Shipping Supplies Needed:

(*)  Note: the "Shirt Cardboard" is NOT Corrugated cardboard so it requires a certain thickness (about a half of a millimeter). The thickness is about twice the thickness of poster board: approximately as thick as 2 or 3 playing cards - this is a very important part of the scheme! The "Shirt Cardboard" is used to structurally support the wrapped plant and insure it does not shift around in the shipping box.

The source I had for this item was the 40" X 48" non-corrugated cardboard sheets typically laid between layers on pallets. I could cut 9 of these 'shipping shell blanks' from one sheet. (3 long by 3 wide)


Here's a photo of those things you'll need:






Form all 3 of the pieces of rectangular shirt cardboard into 3 separate 2.75" by 2.75" by 15.25 shipping tubes.

First measure a line 2.75 inches in from an end of one of the 3 sheets and crease on it so that the first of the 4 sides is formed. Then fold that side over towards itself 3 more times - to form 3 more 2.75" sides and a half inch tab on the other end (like this):




Then use that first sheet on top of the second sheet and with BOTH Sheets fold over the first panel/side again using the top sheet as a guide for the first crease: making the first crease and side of the second sheet ... move the first sheet aside then use the first side of the second sheet: and fold that side over towards itself 3 more times to finish the second shipping shell (as above).

Repeat that paragraph again with the 3rd piece of shirt cardboard to form the 3rd shipping shell.

Water the plants well with plain water early on the morning of the day they will be shipped: make sure the pots drain well before you pack the plants. You want all the water to be up inside of the plants (where it belongs) and not still down in the pots by the time they are packed.

Got all that? Good.

You are ready to pack up that Triad of those 3 Plants: here's how ...




(Optional: Write the plant's date, or serial number, or whatever, on the outside of the shipping shell.)

(Optional: Take a Photograph of the 3 plants you are shipping and email the photo of the customers babies with the tracking number. That way the customer knows what to expect and can check for shipping damage.)

Not an Option: Now look the plant over carefully for pests - use a magnifier! Most pests are found UNDER the leaves so I just hold the baby up to the light and above me and I look up her stem for pre-flight inspection.








Tear off ABOUT 18" of foil









Pre-form a tube from that strip of foil by rolling it around your forearm ...





Now comes the really tricky part: the first restraining and insulating layer around the plant! Gently holding the pot between your knees you will gently wrap the tube of foil you just formed around the middle and top of the plant. Start off with the bottom edge of the foil tube a couple of inches above the dirt level in the pot and gently lower it towards the pot as your gathering in of the leaves and the rolling up of the plant continues. This encourages the leaves to gently bend downwards towards the stem so that no leaves are sticking out of the side of the foil tube.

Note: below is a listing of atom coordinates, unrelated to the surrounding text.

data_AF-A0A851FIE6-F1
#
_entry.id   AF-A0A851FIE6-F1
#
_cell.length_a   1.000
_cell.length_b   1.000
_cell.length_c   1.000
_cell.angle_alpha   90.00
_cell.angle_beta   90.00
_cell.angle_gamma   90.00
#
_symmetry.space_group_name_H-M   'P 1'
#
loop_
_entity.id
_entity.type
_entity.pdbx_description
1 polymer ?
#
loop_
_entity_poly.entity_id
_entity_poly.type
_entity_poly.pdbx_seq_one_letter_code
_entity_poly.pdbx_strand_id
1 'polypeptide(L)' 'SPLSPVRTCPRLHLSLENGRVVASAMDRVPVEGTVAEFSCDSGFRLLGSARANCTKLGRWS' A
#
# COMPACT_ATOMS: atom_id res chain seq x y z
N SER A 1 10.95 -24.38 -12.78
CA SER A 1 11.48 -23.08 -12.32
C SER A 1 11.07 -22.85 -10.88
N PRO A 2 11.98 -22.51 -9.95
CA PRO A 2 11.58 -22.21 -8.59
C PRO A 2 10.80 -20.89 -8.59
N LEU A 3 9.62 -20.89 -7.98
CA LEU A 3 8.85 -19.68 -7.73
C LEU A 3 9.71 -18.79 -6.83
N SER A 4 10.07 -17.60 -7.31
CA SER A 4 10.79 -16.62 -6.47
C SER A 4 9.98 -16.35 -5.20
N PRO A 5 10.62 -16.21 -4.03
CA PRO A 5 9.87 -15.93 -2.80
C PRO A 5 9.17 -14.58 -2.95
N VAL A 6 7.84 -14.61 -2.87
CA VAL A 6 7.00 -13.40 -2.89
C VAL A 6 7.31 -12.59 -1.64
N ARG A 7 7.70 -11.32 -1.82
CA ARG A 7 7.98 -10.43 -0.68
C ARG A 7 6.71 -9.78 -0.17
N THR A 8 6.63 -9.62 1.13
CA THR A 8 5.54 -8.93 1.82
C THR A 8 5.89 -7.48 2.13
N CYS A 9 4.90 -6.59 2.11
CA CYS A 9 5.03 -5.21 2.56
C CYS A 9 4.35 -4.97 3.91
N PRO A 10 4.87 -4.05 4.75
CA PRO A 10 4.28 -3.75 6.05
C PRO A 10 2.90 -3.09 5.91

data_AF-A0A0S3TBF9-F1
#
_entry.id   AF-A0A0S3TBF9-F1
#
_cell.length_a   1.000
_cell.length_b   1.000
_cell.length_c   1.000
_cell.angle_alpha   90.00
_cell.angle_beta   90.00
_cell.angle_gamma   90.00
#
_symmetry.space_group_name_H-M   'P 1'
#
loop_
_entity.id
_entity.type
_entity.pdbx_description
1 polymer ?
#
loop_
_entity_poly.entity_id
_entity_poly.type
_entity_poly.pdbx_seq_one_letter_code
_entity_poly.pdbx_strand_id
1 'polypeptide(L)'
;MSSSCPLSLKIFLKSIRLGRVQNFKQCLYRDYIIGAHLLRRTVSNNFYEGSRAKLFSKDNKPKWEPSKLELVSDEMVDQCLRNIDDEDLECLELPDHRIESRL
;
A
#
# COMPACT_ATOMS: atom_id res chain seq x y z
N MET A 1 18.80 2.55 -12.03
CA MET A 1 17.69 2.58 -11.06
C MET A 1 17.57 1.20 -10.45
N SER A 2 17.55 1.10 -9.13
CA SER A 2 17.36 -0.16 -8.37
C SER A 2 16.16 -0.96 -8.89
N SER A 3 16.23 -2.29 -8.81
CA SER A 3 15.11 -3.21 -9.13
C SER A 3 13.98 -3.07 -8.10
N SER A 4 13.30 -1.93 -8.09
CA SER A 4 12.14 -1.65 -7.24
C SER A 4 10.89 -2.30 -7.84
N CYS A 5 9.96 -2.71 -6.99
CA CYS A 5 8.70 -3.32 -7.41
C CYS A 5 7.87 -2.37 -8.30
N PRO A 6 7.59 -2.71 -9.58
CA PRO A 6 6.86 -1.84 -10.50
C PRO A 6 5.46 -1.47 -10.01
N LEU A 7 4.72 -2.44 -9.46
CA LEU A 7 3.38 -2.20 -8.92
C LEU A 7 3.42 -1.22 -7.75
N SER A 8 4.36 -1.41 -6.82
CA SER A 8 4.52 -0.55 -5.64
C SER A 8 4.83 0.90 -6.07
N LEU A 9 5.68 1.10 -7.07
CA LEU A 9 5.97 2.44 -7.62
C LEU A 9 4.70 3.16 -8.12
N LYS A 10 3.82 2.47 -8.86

If the plant you are shipping is extra short: all the leaves can be gathered in, pointing upwards, sticking nearly straight up along the stem as you roll up the plant. This adds about 4" to the height of the foil compartment above the stem top: so if your plant is a foot tall you MUST pin her leaves down GENTLY with a wrapping of foil.


The tube gets wrapped around the plant ...


This is the trickiest of the tricky parts ... but it's easy to learn.




Gently ... gently - close the bottom in snugly first near the stem - you are NOT trying to roll this plant up tightly: just enough to restrain it's leaves in a fixed position during shipping.


Just tightly enough to hold the leaves down near the stem without breaking any of the leaves at ABOUT a 3" diameter. Crimp the bottom end loosely first: and you may consider rolling the tube up like a funnel from the bottom first.



Gently tuck the leaves down in the tube and seal the side from bottom to top as you get each level of leaves tucked down. Honest: it's easier than it sounds ...  You'll just have to get the feel of the tension in the leaves stem as you gently bend them downwards. you'll pick it up right away.


Roll the tube in closely around the narrower top










The top leaf waves bye-bye to the sun: the plant will go hungry now until it gets unpacked. Sometimes the first rolled up foil tube WON'T Cover up the whole stem. Tear another sheet of foil and wrap it around and above the tube that just covers up the middle of the plant. If it is gently crumpled around the plants leaves and stems it will hold it's tubular shape without harming the plant.